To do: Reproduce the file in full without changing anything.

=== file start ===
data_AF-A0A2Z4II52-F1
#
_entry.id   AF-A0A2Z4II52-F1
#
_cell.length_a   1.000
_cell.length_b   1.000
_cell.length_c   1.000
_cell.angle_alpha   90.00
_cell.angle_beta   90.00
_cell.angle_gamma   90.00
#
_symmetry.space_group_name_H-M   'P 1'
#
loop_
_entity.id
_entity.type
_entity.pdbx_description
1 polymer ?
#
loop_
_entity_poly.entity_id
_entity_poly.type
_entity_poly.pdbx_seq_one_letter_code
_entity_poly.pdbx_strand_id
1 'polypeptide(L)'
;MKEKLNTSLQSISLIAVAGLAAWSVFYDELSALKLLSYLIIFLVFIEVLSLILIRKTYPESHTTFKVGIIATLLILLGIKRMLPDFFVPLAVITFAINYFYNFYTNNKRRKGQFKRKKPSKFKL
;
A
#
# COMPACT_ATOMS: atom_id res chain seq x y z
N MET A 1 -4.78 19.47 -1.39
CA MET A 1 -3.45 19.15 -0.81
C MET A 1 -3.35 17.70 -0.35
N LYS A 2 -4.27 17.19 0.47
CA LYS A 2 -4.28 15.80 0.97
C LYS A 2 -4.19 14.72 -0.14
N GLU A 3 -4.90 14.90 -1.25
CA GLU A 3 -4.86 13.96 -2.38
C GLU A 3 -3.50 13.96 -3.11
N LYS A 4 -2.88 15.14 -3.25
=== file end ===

data_AF-A0A2Z4II52-F1
#
_entry.id   AF-A0A2Z4II52-F1
#
_cell.length_a   1.000
_cell.length_b   1.000
_cell.length_c   1.000
_cell.angle_alpha   90.00
_cell.angle_beta   90.00
_cell.angle_gamma   90.00
#
_symmetry.space_group_name_H-M   'P 1'
#
loop_
_entity.id
_entity.type
_entity.pdbx_description
1 polymer ?
#
loop_
_entity_poly.entity_id
_entity_poly.type
_entity_poly.pdbx_seq_one_letter_code
_entity_poly.pdbx_strand_id
1 'polypeptide(L)'
;MKEKLNTSLQSISLIAVAGLAAWSVFYDELSALKLLSYLIIFLVFIEVLSLILIRKTYPESHTTFKVGIIATLLILLGIKRMLPDFFVPLAVITFAINYFYNFYTNNKRRKGQFKRKKPSKFKL
;
A
#
# COMPACT_ATOMS: atom_id res chain seq x y z
N MET A 1 -4.78 19.47 -1.39
CA MET A 1 -3.45 19.15 -0.81
C MET A 1 -3.35 17.70 -0.35
N LYS A 2 -4.27 17.19 0.47
CA LYS A 2 -4.28 15.80 0.97
C LYS A 2 -4.19 14.72 -0.14
N GLU A 3 -4.90 14.90 -1.25
CA GLU A 3 -4.86 13.96 -2.38
C GLU A 3 -3.50 13.96 -3.11
N LYS A 4 -2.88 15.14 -3.25